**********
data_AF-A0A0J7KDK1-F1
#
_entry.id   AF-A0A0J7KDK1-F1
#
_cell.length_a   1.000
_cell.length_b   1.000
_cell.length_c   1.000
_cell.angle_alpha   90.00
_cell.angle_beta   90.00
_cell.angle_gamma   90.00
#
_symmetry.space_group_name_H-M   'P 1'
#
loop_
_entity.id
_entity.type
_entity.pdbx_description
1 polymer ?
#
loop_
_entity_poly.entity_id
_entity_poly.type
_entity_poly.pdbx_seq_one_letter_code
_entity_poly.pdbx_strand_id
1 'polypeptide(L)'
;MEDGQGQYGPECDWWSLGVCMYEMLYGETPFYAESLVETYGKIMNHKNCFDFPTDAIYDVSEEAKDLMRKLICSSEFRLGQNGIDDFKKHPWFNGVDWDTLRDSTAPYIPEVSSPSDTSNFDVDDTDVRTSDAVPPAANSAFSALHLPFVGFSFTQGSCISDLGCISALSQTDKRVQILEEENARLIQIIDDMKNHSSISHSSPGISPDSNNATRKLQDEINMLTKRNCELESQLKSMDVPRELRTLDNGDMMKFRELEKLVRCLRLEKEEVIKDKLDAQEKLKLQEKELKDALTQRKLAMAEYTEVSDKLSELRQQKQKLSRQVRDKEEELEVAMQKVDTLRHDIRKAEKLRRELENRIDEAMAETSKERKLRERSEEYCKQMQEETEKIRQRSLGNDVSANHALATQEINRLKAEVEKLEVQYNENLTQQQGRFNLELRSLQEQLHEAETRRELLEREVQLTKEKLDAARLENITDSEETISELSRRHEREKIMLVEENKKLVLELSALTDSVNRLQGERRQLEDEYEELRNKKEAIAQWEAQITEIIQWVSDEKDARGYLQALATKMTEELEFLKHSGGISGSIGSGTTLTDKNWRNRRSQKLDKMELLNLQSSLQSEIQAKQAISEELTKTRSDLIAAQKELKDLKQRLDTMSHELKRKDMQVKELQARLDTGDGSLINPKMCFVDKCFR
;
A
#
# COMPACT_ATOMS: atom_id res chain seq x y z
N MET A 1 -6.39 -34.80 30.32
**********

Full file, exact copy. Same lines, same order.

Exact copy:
data_AF-A0A0J7KDK1-F1
#
_entry.id   AF-A0A0J7KDK1-F1
#
_cell.length_a   1.000
_cell.length_b   1.000
_cell.length_c   1.000
_cell.angle_alpha   90.00
_cell.angle_beta   90.00
_cell.angle_gamma   90.00
#
_symmetry.space_group_name_H-M   'P 1'
#
loop_
_entity.id
_entity.type
_entity.pdbx_description
1 polymer ?
#
loop_
_entity_poly.entity_id
_entity_poly.type
_entity_poly.pdbx_seq_one_letter_code
_entity_poly.pdbx_strand_id
1 'polypeptide(L)'
;MEDGQGQYGPECDWWSLGVCMYEMLYGETPFYAESLVETYGKIMNHKNCFDFPTDAIYDVSEEAKDLMRKLICSSEFRLGQNGIDDFKKHPWFNGVDWDTLRDSTAPYIPEVSSPSDTSNFDVDDTDVRTSDAVPPAANSAFSALHLPFVGFSFTQGSCISDLGCISALSQTDKRVQILEEENARLIQIIDDMKNHSSISHSSPGISPDSNNATRKLQDEINMLTKRNCELESQLKSMDVPRELRTLDNGDMMKFRELEKLVRCLRLEKEEVIKDKLDAQEKLKLQEKELKDALTQRKLAMAEYTEVSDKLSELRQQKQKLSRQVRDKEEELEVAMQKVDTLRHDIRKAEKLRRELENRIDEAMAETSKERKLRERSEEYCKQMQEETEKIRQRSLGNDVSANHALATQEINRLKAEVEKLEVQYNENLTQQQGRFNLELRSLQEQLHEAETRRELLEREVQLTKEKLDAARLENITDSEETISELSRRHEREKIMLVEENKKLVLELSALTDSVNRLQGERRQLEDEYEELRNKKEAIAQWEAQITEIIQWVSDEKDARGYLQALATKMTEELEFLKHSGGISGSIGSGTTLTDKNWRNRRSQKLDKMELLNLQSSLQSEIQAKQAISEELTKTRSDLIAAQKELKDLKQRLDTMSHELKRKDMQVKELQARLDTGDGSLINPKMCFVDKCFR
;
A
#
# COMPACT_ATOMS: atom_id res chain seq x y z
N MET A 1 -6.39 -34.80 30.32